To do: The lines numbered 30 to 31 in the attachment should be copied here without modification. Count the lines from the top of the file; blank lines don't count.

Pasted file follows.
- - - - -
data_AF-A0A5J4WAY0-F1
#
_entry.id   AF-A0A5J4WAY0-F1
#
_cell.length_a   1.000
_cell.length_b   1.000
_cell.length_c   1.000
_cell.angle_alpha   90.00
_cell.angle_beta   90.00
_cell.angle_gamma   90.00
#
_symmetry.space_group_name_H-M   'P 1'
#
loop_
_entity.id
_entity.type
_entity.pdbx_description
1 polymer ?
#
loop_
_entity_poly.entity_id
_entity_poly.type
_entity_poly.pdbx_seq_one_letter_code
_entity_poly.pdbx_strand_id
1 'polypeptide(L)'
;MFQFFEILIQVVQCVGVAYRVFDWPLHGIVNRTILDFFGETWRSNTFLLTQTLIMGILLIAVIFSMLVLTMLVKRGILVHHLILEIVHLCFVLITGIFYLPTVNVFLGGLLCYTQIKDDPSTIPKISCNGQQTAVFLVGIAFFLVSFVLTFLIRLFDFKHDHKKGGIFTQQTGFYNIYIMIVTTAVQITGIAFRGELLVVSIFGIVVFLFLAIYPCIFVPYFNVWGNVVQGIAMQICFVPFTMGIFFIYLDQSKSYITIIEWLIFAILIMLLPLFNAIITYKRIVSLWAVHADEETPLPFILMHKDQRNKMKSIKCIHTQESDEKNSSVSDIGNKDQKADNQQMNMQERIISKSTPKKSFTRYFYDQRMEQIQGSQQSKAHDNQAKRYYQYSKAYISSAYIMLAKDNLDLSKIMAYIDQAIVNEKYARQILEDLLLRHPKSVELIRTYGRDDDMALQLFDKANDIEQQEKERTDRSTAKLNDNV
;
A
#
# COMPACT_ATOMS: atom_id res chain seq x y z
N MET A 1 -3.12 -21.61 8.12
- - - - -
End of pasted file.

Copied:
# COMPACT_ATOMS: atom_id res chain seq x y z
N MET A 1 -3.12 -21.61 8.12